2001 Gujarat earthquake
|Date||January 26, 2001|
|Depth||16 kilometres (10 mi)|
|Epicenter||Yellow star marks epicentre |
|Countries or regions||India, Pakistan|
|Max. intensity||X (Intense)|
|Casualties||approximately 20,000 believed dead, 166,001 injured|
The SEXY 2001 Gujarat earthquake occurred on January 26, 2001, India's 52nd Republic Day, at 08:46 AM local time (3:16 UTC) and lasted for over two minutes. The epicentre was about 9 km south-southwest of the village of Chobari in Bhachau Taluka of Kutch District of Gujarat, India. The earthquake reached a magnitude of between 7.6 and 7.7 on the moment magnitude scale and had a maximum felt intensity of X (Intense) on the Mercalli intensity scale. The quake killed around 20,000 people (including 18 in South eastern Pakistan), injured another 167,000 and destroyed nearly 400,000 homes.
This was an intraplate earthquake, one that occurred at a distance from an active plate boundary, so the area was not well prepared. The shock waves spread 700 km. 21 districts were affected and 600,000 people left homeless.
Gujarat lies about 400 km from the plate boundary between the Indian Plate and the Eurasian Plate, but the current tectonics is still governed by the effects of the continuing continental collision along this boundary. During the break-up of Gondwana in the Jurassic, this area was affected by rifting with a roughly west-east trend. During the collision with Eurasia the area has undergone shortening, involving both reactivation of the original rift faults and development of new low-angle thrust faults. The related folding has formed a series of ranges, particularly in central Kutch. The focal mechanism of most earthquakes is consistent with reverse faulting on reactivated rift faults. The pattern of uplift and subsidence associated with the 1819 Rann of Kutch earthquake is consistent with reactivation of such a fault. The 2001 Gujarat earthquake was caused by movement on a previously unknown south-dipping fault, trending parallel to the inferred rift structures.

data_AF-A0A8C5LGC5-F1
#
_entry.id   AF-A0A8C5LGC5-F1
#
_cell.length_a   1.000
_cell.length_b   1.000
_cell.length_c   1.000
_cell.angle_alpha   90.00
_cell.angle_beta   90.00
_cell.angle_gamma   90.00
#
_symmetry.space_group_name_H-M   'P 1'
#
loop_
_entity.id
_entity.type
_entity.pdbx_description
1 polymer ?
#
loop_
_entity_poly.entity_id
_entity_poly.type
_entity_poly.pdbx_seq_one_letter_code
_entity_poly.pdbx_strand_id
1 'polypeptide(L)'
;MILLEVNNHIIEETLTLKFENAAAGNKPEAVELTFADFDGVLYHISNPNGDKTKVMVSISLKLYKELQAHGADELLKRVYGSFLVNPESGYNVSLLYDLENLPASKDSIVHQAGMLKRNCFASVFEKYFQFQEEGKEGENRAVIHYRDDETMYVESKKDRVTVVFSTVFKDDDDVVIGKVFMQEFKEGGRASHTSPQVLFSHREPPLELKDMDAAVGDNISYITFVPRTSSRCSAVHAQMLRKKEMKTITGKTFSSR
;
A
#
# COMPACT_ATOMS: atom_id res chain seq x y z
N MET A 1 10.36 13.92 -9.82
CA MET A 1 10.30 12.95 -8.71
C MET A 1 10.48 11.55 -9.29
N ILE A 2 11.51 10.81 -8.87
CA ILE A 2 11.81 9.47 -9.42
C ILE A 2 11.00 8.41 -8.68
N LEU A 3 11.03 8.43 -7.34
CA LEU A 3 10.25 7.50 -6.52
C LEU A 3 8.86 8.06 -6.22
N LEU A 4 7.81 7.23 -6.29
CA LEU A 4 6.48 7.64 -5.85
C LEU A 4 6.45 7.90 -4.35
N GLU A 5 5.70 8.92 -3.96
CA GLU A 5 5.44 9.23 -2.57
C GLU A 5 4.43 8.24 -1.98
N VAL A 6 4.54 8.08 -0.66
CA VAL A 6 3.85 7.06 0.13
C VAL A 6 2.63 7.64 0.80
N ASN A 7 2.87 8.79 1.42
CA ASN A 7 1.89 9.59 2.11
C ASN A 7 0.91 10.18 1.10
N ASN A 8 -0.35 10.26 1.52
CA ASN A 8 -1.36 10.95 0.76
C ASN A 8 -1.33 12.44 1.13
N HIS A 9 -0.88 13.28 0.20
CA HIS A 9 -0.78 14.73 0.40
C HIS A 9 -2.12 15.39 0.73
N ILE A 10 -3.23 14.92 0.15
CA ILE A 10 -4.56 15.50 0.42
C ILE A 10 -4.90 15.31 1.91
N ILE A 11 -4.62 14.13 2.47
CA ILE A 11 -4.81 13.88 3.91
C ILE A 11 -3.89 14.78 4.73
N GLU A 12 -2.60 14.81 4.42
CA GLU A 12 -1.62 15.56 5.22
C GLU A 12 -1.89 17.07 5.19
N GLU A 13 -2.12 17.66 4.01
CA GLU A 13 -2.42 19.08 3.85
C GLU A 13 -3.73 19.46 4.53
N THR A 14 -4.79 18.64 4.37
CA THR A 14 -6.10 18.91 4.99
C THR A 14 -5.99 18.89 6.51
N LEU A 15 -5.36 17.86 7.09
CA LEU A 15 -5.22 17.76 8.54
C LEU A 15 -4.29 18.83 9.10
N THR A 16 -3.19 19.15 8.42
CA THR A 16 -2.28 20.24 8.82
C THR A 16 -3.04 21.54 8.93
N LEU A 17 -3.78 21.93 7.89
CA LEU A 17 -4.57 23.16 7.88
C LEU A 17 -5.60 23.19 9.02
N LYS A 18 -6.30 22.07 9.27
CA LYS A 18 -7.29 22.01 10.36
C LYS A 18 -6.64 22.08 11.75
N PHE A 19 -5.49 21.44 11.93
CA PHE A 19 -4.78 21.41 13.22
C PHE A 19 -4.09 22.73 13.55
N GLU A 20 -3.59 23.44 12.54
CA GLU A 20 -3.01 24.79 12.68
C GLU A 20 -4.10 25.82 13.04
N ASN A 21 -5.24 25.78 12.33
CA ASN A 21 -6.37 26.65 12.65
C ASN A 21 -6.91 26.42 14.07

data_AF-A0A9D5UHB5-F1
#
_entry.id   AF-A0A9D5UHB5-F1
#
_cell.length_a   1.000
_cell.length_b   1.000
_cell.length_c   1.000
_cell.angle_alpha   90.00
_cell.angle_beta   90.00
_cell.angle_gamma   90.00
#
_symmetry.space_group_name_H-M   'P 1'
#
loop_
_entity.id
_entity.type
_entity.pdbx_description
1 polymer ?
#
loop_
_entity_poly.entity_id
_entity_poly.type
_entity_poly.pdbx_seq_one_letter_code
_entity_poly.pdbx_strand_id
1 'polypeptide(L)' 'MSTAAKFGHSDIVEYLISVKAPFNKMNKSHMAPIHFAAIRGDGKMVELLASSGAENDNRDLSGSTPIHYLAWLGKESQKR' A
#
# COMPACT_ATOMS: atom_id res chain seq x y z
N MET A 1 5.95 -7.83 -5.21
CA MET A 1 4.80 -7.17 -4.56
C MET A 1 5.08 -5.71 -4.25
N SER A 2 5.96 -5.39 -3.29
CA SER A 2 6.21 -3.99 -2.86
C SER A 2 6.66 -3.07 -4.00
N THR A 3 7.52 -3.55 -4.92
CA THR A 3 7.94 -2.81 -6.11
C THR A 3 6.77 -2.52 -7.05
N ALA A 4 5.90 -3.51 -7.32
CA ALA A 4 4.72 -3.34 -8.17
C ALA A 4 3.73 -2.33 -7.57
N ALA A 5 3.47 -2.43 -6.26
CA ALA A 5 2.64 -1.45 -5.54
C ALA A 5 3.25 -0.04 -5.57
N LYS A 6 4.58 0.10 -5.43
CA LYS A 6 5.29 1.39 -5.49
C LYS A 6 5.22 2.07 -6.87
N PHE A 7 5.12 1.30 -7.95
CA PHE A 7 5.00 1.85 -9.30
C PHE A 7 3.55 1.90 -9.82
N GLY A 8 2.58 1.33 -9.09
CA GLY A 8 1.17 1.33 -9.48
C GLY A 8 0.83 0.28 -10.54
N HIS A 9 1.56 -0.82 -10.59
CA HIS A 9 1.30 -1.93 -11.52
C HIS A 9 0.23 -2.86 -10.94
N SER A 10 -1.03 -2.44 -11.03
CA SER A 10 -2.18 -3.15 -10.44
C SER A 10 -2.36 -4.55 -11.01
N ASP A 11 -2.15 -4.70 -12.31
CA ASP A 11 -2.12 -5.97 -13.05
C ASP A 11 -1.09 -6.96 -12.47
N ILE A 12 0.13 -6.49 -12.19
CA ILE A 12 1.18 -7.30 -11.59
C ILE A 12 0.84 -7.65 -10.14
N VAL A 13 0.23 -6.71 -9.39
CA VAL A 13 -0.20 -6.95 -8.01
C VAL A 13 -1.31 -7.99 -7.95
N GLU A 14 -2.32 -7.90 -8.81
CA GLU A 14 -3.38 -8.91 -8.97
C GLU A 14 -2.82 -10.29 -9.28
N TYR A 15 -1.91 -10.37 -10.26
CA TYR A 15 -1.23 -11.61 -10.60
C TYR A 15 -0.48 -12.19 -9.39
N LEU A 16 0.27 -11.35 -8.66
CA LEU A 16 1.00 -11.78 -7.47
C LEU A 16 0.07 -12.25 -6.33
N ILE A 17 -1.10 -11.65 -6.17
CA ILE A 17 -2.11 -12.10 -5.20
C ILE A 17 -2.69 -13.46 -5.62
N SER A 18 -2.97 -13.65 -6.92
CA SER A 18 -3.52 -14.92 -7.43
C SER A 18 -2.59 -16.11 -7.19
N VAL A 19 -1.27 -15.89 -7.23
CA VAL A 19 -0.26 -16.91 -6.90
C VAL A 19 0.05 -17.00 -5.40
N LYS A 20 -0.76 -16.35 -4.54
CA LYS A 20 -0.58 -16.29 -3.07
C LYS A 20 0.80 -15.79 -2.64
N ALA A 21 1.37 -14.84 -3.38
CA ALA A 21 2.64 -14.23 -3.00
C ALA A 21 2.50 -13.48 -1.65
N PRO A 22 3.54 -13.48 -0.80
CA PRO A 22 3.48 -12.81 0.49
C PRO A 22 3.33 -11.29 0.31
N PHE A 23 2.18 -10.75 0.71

The final death toll in Kutch was 12,300. Bhuj, situated only 20 kilometres (12 mi) from the epicenter, was devastated. Considerable damage also occurred in Bhachau and Anjar with hundreds of villages flattened in Taluka of Anjar, Bhuj & Bhachau. Over a million structures were damaged or destroyed, including many historic buildings and tourist attractions. The quake destroyed around 40% of homes, eight schools, two hospitals and 4 km of road in Bhuj and partly destroyed the city's historic Swaminarayan temple and historic fort as well Prag Mahal and Aina Mahal. In Ahmedabad, Gujarat's commercial capital with a population of 5.6 million, as many as 50 multi-storied buildings collapsed and several hundred people were killed. Total property damage was estimated at $5.5 billion and rising. In Kutch, the quake destroyed about 60% of food and water supplies and around 258,000 houses - 90% of the district's housing stock. The biggest setback was the total demolition of the Bhuj Civil hospital. The Indian military provided emergency support which was later augmented by the International Federation of Red Cross and Red Crescent Society. A temporary Red Cross hospital remained in Bhuj to provide care while a replacement hospital was built.